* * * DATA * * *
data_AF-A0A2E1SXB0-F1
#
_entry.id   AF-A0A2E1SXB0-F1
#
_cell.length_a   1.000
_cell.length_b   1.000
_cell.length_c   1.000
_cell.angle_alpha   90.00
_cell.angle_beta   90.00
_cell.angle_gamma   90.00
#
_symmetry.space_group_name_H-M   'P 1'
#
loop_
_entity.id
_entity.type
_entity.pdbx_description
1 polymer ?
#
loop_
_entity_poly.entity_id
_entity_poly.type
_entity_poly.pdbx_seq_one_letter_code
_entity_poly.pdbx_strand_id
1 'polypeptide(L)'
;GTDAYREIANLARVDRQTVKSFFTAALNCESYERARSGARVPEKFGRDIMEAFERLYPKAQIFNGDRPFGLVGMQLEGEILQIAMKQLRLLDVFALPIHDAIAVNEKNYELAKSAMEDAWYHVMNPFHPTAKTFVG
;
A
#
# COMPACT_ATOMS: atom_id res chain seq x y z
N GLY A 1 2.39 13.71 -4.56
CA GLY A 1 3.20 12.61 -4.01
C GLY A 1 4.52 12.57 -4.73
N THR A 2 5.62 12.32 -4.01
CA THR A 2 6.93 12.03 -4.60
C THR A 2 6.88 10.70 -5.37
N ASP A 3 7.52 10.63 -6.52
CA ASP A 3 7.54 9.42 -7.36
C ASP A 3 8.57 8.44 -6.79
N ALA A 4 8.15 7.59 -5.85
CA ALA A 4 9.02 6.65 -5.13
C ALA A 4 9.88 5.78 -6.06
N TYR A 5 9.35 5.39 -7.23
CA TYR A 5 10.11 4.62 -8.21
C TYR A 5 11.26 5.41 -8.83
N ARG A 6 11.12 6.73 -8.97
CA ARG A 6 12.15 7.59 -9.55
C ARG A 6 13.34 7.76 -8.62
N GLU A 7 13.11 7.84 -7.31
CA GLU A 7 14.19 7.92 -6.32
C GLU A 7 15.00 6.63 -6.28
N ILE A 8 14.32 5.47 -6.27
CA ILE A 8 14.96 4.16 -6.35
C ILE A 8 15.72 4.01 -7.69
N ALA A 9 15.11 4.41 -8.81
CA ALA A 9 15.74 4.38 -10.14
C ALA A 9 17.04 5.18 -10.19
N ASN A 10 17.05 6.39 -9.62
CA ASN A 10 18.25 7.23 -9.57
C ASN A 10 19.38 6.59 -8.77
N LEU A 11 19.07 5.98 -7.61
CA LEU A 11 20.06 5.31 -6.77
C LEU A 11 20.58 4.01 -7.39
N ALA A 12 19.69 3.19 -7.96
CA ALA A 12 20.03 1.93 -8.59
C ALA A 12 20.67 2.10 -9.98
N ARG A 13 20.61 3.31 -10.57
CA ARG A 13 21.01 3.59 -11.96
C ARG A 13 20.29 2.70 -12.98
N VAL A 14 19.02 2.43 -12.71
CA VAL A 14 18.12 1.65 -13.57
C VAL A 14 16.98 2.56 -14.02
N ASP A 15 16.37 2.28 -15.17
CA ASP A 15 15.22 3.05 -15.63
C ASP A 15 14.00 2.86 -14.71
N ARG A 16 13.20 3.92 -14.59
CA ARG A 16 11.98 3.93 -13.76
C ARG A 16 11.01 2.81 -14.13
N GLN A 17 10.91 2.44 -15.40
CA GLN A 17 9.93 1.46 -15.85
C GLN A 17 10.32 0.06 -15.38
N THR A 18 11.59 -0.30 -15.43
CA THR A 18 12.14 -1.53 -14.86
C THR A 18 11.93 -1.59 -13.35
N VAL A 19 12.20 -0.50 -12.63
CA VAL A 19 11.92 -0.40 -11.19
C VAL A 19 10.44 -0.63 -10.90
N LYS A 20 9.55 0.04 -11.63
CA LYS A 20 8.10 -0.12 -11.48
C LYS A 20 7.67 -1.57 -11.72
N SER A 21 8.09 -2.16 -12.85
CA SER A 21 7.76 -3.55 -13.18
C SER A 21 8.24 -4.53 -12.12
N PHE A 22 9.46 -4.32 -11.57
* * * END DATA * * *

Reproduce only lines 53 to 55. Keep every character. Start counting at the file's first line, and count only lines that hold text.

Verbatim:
CA ILE A 8 14.96 4.16 -6.35
C ILE A 8 15.72 4.01 -7.69
N ALA A 9 15.11 4.41 -8.81